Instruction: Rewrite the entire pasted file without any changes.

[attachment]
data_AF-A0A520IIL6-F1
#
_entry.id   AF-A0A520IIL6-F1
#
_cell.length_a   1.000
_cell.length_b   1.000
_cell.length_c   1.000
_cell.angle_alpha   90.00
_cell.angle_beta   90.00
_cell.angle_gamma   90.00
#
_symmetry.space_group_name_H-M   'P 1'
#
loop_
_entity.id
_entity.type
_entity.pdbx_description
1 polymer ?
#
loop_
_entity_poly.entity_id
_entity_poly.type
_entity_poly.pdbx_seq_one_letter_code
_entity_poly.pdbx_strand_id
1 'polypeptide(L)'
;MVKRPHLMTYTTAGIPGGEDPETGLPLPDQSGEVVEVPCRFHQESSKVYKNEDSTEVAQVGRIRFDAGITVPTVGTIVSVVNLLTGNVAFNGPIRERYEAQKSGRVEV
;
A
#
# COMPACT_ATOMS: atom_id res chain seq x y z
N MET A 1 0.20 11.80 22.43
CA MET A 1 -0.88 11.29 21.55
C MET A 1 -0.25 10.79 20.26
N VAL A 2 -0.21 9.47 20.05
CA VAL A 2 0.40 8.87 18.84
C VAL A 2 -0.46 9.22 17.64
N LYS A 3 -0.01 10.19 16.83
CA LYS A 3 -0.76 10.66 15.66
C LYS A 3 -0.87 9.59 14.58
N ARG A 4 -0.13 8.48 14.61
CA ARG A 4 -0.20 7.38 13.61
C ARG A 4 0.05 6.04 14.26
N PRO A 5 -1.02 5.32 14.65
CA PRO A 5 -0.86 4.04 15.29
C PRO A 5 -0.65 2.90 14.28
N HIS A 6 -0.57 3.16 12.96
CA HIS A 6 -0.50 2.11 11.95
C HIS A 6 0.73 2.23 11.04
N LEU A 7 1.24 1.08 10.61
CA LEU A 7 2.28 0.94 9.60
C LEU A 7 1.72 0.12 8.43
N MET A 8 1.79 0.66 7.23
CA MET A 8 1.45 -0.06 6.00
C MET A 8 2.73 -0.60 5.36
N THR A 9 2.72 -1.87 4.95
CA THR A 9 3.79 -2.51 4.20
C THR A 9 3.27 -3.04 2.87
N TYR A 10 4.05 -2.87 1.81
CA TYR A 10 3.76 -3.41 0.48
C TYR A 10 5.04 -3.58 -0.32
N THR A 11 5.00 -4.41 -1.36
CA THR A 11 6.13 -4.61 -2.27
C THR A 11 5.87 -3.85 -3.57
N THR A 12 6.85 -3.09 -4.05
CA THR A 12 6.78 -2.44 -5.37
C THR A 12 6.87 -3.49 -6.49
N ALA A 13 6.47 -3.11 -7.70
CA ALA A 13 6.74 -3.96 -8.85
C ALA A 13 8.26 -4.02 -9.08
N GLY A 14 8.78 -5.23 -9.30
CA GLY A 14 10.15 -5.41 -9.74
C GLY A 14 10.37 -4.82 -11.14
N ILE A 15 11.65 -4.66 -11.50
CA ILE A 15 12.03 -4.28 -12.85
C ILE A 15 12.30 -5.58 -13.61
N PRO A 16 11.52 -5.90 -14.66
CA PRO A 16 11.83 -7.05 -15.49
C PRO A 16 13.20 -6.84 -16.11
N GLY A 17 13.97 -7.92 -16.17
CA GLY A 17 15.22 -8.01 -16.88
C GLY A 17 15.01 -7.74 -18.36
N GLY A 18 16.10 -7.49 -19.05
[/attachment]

data_AF-A0A520IIL6-F1
#
_entry.id   AF-A0A520IIL6-F1
#
_cell.length_a   1.000
_cell.length_b   1.000
_cell.length_c   1.000
_cell.angle_alpha   90.00
_cell.angle_beta   90.00
_cell.angle_gamma   90.00
#
_symmetry.space_group_name_H-M   'P 1'
#
loop_
_entity.id
_entity.type
_entity.pdbx_description
1 polymer ?
#
loop_
_entity_poly.entity_id
_entity_poly.type
_entity_poly.pdbx_seq_one_letter_code
_entity_poly.pdbx_strand_id
1 'polypeptide(L)'
;MVKRPHLMTYTTAGIPGGEDPETGLPLPDQSGEVVEVPCRFHQESSKVYKNEDSTEVAQVGRIRFDAGITVPTVGTIVSVVNLLTGNVAFNGPIRERYEAQKSGRVEV
;
A
#
# COMPACT_ATOMS: atom_id res chain seq x y z
N MET A 1 0.20 11.80 22.43
CA MET A 1 -0.88 11.29 21.55
C MET A 1 -0.25 10.79 20.26
N VAL A 2 -0.21 9.47 20.05
CA VAL A 2 0.40 8.87 18.84
C VAL A 2 -0.46 9.22 17.64
N LYS A 3 -0.01 10.19 16.83
CA LYS A 3 -0.76 10.66 15.66
C LYS A 3 -0.87 9.59 14.58
N ARG A 4 -0.13 8.48 14.61
CA ARG A 4 -0.20 7.38 13.61
C ARG A 4 0.05 6.04 14.26
N PRO A 5 -1.02 5.32 14.65
CA PRO A 5 -0.86 4.04 15.29
C PRO A 5 -0.65 2.90 14.28
N HIS A 6 -0.57 3.16 12.96
CA HIS A 6 -0.50 2.11 11.95
C HIS A 6 0.73 2.23 11.04
N LEU A 7 1.24 1.08 10.61
CA LEU A 7 2.28 0.94 9.60
C LEU A 7 1.72 0.12 8.43
N MET A 8 1.79 0.66 7.23
CA MET A 8 1.45 -0.06 6.00
C MET A 8 2.73 -0.60 5.36
N THR A 9 2.72 -1.87 4.95
CA THR A 9 3.79 -2.51 4.20
C THR A 9 3.27 -3.04 2.87
N TYR A 10 4.05 -2.87 1.81
CA TYR A 10 3.76 -3.41 0.48
C TYR A 10 5.04 -3.58 -0.32
N THR A 11 5.00 -4.41 -1.36
CA THR A 11 6.13 -4.61 -2.27
C THR A 11 5.87 -3.85 -3.57
N THR A 12 6.85 -3.09 -4.05
CA THR A 12 6.78 -2.44 -5.37
C THR A 12 6.87 -3.49 -6.49
N ALA A 13 6.47 -3.11 -7.70
CA ALA A 13 6.74 -3.96 -8.85
C ALA A 13 8.26 -4.02 -9.08
N GLY A 14 8.78 -5.23 -9.30
CA GLY A 14 10.15 -5.41 -9.74
C GLY A 14 10.37 -4.82 -11.14
N ILE A 15 11.65 -4.66 -11.50
CA ILE A 15 12.03 -4.28 -12.85
C ILE A 15 12.30 -5.58 -13.61
N PRO A 16 11.52 -5.90 -14.66
CA PRO A 16 11.83 -7.05 -15.49
C PRO A 16 13.20 -6.84 -16.11
N GLY A 17 13.97 -7.92 -16.17
CA GLY A 17 15.22 -8.01 -16.88
C GLY A 17 15.01 -7.74 -18.36
N GLY A 18 16.10 -7.49 -19.05